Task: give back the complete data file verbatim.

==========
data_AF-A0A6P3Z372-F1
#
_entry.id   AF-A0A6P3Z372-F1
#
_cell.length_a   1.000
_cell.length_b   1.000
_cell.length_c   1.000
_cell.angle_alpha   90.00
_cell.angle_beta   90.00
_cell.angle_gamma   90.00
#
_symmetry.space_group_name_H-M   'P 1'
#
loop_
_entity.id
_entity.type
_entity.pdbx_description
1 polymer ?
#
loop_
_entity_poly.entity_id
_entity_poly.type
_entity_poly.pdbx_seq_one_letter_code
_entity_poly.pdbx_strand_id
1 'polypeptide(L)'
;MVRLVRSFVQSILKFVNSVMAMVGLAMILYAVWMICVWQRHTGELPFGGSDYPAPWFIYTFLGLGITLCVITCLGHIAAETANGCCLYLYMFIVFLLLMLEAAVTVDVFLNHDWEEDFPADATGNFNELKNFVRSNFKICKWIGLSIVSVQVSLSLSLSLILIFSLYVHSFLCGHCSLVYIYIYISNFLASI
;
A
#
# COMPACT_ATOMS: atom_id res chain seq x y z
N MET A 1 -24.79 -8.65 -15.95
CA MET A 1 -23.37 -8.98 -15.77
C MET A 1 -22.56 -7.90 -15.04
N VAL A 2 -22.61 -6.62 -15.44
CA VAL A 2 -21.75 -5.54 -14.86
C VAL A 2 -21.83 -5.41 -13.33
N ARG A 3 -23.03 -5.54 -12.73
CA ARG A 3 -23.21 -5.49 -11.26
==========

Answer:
data_AF-A0A6P3Z372-F1
#
_entry.id   AF-A0A6P3Z372-F1
#
_cell.length_a   1.000
_cell.length_b   1.000
_cell.length_c   1.000
_cell.angle_alpha   90.00
_cell.angle_beta   90.00
_cell.angle_gamma   90.00
#
_symmetry.space_group_name_H-M   'P 1'
#
loop_
_entity.id
_entity.type
_entity.pdbx_description
1 polymer ?
#
loop_
_entity_poly.entity_id
_entity_poly.type
_entity_poly.pdbx_seq_one_letter_code
_entity_poly.pdbx_strand_id
1 'polypeptide(L)'
;MVRLVRSFVQSILKFVNSVMAMVGLAMILYAVWMICVWQRHTGELPFGGSDYPAPWFIYTFLGLGITLCVITCLGHIAAETANGCCLYLYMFIVFLLLMLEAAVTVDVFLNHDWEEDFPADATGNFNELKNFVRSNFKICKWIGLSIVSVQVSLSLSLSLILIFSLYVHSFLCGHCSLVYIYIYISNFLASI
;
A
#
# COMPACT_ATOMS: atom_id res chain seq x y z
N MET A 1 -24.79 -8.65 -15.95
CA MET A 1 -23.37 -8.98 -15.77
C MET A 1 -22.56 -7.90 -15.04
N VAL A 2 -22.61 -6.62 -15.44
CA VAL A 2 -21.75 -5.54 -14.86
C VAL A 2 -21.83 -5.41 -13.33
N ARG A 3 -23.03 -5.54 -12.73
CA ARG A 3 -23.21 -5.49 -11.26